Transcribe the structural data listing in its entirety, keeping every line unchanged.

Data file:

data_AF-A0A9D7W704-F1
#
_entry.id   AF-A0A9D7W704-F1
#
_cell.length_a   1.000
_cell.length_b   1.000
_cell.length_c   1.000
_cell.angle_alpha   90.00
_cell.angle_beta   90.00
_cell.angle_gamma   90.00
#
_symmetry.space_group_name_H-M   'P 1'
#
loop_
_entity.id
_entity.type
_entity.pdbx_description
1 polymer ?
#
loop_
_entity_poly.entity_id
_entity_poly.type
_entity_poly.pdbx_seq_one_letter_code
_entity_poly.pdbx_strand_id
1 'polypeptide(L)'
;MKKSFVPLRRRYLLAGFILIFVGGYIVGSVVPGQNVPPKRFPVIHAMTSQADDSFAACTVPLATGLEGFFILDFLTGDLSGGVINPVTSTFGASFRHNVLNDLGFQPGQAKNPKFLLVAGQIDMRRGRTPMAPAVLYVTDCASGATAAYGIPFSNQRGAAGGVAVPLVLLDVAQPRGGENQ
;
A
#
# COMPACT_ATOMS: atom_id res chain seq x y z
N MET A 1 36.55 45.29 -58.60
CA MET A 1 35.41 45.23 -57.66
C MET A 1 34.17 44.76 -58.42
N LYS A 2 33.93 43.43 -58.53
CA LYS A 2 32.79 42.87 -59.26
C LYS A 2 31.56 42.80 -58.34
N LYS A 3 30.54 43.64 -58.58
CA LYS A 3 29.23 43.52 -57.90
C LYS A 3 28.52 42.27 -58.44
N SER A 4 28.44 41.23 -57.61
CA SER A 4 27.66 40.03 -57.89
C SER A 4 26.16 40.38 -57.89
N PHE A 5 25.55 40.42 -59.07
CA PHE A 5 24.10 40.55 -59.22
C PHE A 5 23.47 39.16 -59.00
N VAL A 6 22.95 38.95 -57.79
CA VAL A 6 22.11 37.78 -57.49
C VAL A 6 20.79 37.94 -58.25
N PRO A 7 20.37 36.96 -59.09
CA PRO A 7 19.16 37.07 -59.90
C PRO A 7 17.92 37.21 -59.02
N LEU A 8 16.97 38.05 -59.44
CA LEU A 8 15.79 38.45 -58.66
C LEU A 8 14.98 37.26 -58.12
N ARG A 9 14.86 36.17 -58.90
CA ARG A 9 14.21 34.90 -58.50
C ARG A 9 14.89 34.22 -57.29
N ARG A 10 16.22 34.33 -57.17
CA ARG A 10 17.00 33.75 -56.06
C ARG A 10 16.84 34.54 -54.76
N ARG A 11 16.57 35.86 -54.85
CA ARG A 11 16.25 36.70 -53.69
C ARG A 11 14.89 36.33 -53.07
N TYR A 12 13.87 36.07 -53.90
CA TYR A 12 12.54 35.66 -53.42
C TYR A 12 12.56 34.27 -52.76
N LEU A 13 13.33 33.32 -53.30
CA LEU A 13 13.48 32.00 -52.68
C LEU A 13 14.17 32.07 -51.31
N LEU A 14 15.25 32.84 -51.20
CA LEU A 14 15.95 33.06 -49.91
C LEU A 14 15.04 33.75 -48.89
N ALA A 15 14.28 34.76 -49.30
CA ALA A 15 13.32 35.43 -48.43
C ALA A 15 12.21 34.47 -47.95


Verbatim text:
data_AF-A0A9D7W704-F1
#
_entry.id   AF-A0A9D7W704-F1
#
_cell.length_a   1.000
_cell.length_b   1.000
_cell.length_c   1.000
_cell.angle_alpha   90.00
_cell.angle_beta   90.00
_cell.angle_gamma   90.00
#
_symmetry.space_group_name_H-M   'P 1'
#
loop_
_entity.id
_entity.type
_entity.pdbx_description
1 polymer ?
#
loop_
_entity_poly.entity_id
_entity_poly.type
_entity_poly.pdbx_seq_one_letter_code
_entity_poly.pdbx_strand_id
1 'polypeptide(L)'
;MKKSFVPLRRRYLLAGFILIFVGGYIVGSVVPGQNVPPKRFPVIHAMTSQADDSFAACTVPLATGLEGFFILDFLTGDLSGGVINPVTSTFGASFRHNVLNDLGFQPGQAKNPKFLLVAGQIDMRRGRTPMAPAVLYVTDCASGATAAYGIPFSNQRGAAGGVAVPLVLLDVAQPRGGENQ
;
A
#
# COMPACT_ATOMS: atom_id res chain seq x y z
N MET A 1 36.55 45.29 -58.60
CA MET A 1 35.41 45.23 -57.66
C MET A 1 34.17 44.76 -58.42
N LYS A 2 33.93 43.43 -58.53
CA LYS A 2 32.79 42.87 -59.26
C LYS A 2 31.56 42.80 -58.34
N LYS A 3 30.54 43.64 -58.58
CA LYS A 3 29.23 43.52 -57.90
C LYS A 3 28.52 42.27 -58.44
N SER A 4 28.44 41.23 -57.61
CA SER A 4 27.66 40.03 -57.89
C SER A 4 26.16 40.38 -57.89
N PHE A 5 25.55 40.42 -59.07
CA PHE A 5 24.10 40.55 -59.22
C PHE A 5 23.47 39.16 -59.00
N VAL A 6 22.95 38.95 -57.79
CA VAL A 6 22.11 37.78 -57.49
C VAL A 6 20.79 37.94 -58.25
N PRO A 7 20.37 36.96 -59.09
CA PRO A 7 19.16 37.07 -59.90
C PRO A 7 17.92 37.21 -59.02
N LEU A 8 16.97 38.05 -59.44
CA LEU A 8 15.79 38.45 -58.66
C LEU A 8 14.98 37.26 -58.12
N ARG A 9 14.86 36.17 -58.90
CA ARG A 9 14.21 34.90 -58.50
C ARG A 9 14.89 34.22 -57.29
N ARG A 10 16.22 34.33 -57.17
CA ARG A 10 17.00 33.75 -56.06
C ARG A 10 16.84 34.54 -54.76
N ARG A 11 16.57 35.86 -54.85
CA ARG A 11 16.25 36.70 -53.69
C ARG A 11 14.89 36.33 -53.07
N TYR A 12 13.87 36.07 -53.90
CA TYR A 12 12.54 35.66 -53.42
C TYR A 12 12.56 34.27 -52.76
N LEU A 13 13.33 33.32 -53.30
CA LEU A 13 13.48 32.00 -52.68
C LEU A 13 14.17 32.07 -51.31
N LEU A 14 15.25 32.84 -51.20
CA LEU A 14 15.95 33.06 -49.91
C LEU A 14 15.04 33.75 -48.89
N ALA A 15 14.28 34.76 -49.30
CA ALA A 15 13.32 35.43 -48.43
C ALA A 15 12.21 34.47 -47.95